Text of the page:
I told the kids about it, and Emily couldn't call me fast enough to say, "And you thought Whole30 was restrictive!!!" I may have made that comment when she was doing her Whole30... Basically, this eating protocol was developed in Australia to help people with IBS symptoms. To show you how awful I felt, I jumped into it without a second thought, restrictive or not.
What it means for me is no lactose (milk, ice cream, yogurt, cottage cheese unless they are lactose-free), no gluten (wheat, rye, barley), no artificial sweeteners, eliminating certain fruits (among them apples, pears, watermelon), certain veggies (cauliflower - although strangely enough, broccoli is okay, corn, garlic, onions). There are a whole bunch of other restrictions, but these are the ones that will make you ask:
Which is exactly what I asked when I sat down to make a shopping list that first week. It really is not so bad, and it really, really, really makes me feel better, so it's worth it. Eating out is the biggest challenge, but we did find out that our favorite pizza place in town, Zio's, has fabulous gluten-free pizza. And one alcoholic beverage a day is allowed, so it's totally doable. Erin's 26th birthday was at a microbrewery on day 2 of this little eating adventure, so I had my one glass of delicious beer and filled up on water.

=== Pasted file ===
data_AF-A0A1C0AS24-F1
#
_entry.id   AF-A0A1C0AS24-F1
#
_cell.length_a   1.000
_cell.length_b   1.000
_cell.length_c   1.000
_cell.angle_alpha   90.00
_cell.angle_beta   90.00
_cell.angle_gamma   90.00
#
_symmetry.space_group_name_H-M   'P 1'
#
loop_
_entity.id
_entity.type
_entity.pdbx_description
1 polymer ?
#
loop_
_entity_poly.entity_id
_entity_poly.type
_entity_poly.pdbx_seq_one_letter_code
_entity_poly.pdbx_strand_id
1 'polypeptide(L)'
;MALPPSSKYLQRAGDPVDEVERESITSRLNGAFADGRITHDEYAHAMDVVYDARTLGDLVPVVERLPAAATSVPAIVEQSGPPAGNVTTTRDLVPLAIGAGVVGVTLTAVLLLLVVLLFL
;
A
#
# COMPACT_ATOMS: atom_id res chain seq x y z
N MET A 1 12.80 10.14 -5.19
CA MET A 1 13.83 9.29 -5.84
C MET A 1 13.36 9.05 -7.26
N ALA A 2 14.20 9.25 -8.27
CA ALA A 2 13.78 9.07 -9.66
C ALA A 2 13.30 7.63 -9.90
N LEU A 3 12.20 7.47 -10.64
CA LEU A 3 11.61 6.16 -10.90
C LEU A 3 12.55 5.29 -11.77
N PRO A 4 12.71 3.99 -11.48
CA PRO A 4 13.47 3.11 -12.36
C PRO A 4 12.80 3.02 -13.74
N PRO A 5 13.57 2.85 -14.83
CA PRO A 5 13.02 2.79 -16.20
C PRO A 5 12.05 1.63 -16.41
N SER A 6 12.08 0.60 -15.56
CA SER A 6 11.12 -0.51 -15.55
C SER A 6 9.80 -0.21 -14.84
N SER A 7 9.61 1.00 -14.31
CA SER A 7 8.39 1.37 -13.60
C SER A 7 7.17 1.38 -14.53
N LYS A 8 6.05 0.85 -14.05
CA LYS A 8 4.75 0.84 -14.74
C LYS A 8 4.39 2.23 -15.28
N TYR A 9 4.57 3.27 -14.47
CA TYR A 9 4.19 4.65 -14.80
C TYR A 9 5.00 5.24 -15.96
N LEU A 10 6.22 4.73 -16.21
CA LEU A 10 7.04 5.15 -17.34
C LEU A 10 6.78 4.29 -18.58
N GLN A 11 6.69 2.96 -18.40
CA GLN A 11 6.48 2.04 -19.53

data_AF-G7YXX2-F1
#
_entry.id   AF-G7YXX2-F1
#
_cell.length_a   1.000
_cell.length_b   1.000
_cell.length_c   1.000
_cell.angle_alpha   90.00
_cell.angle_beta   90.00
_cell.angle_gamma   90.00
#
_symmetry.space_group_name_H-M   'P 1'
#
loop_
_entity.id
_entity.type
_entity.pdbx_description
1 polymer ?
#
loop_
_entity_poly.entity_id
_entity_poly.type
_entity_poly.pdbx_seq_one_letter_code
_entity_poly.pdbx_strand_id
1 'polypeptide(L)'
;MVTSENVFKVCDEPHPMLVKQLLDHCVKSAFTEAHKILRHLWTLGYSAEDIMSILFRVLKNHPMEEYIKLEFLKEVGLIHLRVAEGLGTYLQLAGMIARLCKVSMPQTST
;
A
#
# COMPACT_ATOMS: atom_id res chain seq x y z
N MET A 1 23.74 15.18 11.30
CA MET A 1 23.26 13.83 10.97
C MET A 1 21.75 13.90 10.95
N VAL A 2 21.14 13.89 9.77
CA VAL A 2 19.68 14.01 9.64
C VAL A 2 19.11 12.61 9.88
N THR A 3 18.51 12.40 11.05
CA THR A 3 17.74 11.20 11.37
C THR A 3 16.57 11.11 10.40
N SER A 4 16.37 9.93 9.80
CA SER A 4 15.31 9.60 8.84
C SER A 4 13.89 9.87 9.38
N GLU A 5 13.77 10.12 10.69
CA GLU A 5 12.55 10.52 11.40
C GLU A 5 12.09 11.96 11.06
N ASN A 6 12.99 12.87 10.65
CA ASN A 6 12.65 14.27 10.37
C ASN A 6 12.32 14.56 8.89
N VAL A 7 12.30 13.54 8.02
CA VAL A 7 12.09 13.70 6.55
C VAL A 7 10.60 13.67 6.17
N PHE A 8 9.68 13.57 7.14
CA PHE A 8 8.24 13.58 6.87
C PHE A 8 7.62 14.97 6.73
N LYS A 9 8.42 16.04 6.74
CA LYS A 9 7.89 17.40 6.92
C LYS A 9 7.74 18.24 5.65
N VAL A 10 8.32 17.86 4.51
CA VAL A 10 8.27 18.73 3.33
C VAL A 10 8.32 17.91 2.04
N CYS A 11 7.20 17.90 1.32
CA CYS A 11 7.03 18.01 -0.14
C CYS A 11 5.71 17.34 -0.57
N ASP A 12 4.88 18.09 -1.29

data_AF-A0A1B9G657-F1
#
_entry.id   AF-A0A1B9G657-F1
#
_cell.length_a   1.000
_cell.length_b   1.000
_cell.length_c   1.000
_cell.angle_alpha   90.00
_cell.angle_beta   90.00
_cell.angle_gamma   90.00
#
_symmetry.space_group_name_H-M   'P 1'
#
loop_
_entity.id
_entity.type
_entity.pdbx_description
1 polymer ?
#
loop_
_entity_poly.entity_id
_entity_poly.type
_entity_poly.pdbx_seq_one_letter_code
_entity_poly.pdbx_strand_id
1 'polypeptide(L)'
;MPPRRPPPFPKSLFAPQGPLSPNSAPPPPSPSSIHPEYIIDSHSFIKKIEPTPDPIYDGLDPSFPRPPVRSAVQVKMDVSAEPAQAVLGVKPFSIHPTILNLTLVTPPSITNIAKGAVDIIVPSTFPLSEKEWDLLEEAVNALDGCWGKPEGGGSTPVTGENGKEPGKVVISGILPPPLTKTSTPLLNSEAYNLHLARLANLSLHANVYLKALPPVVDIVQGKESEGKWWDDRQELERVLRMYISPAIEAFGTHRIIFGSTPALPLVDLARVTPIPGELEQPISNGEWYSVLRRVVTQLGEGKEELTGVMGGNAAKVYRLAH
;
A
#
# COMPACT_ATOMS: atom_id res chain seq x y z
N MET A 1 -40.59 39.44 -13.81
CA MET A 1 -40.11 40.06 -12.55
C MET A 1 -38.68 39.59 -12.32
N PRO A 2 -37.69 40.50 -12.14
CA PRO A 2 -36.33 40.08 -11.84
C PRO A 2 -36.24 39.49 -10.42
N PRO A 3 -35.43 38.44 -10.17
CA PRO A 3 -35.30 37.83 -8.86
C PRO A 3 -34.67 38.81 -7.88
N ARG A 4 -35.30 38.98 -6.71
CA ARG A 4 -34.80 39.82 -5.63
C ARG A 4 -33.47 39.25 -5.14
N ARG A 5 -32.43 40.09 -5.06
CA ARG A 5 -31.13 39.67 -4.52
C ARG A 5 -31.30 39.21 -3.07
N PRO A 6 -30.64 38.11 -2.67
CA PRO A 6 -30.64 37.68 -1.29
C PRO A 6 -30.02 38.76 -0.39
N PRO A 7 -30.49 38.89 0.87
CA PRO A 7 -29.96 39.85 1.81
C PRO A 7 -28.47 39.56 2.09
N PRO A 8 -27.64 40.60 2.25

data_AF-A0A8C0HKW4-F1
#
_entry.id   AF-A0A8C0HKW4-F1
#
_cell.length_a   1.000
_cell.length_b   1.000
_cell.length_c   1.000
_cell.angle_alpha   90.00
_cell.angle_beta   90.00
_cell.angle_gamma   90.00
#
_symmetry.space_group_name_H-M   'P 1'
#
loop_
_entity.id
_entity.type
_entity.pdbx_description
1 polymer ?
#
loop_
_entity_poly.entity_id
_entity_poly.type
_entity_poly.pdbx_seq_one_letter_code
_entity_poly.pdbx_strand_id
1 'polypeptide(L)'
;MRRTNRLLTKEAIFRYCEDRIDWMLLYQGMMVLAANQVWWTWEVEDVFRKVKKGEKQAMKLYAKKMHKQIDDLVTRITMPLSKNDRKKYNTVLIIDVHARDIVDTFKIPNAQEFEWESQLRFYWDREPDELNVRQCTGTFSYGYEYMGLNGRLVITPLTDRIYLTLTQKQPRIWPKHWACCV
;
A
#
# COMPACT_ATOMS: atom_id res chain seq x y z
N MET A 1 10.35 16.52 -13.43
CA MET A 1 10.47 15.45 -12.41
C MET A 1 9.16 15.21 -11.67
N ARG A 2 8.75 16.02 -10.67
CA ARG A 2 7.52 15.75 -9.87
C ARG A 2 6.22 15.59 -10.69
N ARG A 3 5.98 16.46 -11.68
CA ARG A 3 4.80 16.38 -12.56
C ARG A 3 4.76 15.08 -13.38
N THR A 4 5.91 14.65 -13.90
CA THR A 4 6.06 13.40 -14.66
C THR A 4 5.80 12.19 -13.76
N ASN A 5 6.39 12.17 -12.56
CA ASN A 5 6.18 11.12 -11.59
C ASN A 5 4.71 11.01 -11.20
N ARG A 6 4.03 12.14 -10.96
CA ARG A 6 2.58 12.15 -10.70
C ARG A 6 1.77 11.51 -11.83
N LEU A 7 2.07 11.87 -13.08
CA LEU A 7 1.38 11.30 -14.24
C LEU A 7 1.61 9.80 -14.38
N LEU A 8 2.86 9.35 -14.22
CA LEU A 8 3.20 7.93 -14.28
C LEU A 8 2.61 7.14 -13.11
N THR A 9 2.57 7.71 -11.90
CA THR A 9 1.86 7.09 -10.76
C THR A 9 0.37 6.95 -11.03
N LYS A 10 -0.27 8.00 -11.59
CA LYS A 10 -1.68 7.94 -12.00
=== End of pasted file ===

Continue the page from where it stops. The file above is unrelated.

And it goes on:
I was about a week into this protocol when we went to Michigan to visit the kids, and Aly, bless her heart, the Queen of the Internet, had done some research and had wonderful low-FODMAP meals and snacks (mmm, popcorn...) all ready for us. It required some tweaking, such as not lightly dredging my chicken in flour, but in parmesan (strangely enough, while milk is a no-no, hard cheeses are just fine). And luckily, gluten-free crackers are delicious!
My favorite breakfast of peanut butter toast or bagel thin required a change:
It's pretty good toasted, but not fabulous by itself. And thank God peanut butter is allowed! As far as berries, another part of my breakfast, strawberries, blueberries, and raspberries are okay (up to 1/2 cup), but no blackberries. Bananas? Yes if ripe, no if slightly green. (The way I like them, of course).
I found some other goodies:
|corn is out, but polenta, cornmeal, and grits are okay|
|no milk chocolate, but hello dark chocolate!|
|haven't tried 'em yet, but since maple syrup up to 1.5 T is allowed, they are on the menu!|
I've been doing the elimination phase of this diet for several weeks now, so am playing around with reintroducing certain foods to see how my body tolerates them, the premise being to allow you to eat the most varied (and therefore healthiest) diet as possible. So far, I think I can have about half a cup of milk with no adverse effects, although I really do like coconut-almond milk on my oatmeal, so eliminating cow milk is not a big deal. I've tried apples, but they might be a little iffy. That is too bad, since I eat (used to eat?) an apple a day. After trying a day or two of eating just one of the groups to see what I can tolerate, I need to go back to the elimination diet to get back to a baseline. It sounds so scientific, which just makes so much sense to me.
I had my colonoscopy this week, and if you follow me on Instagram (cathyboll), you saw that I posted this. It just cracks me up!
Everything is okay in that area, but this is what half an hour of Propofol, an hour in recovery, and several naps during the day looked like:
|sloth. i'm surprised i didn't have moss growing on me|
Here's to more activity!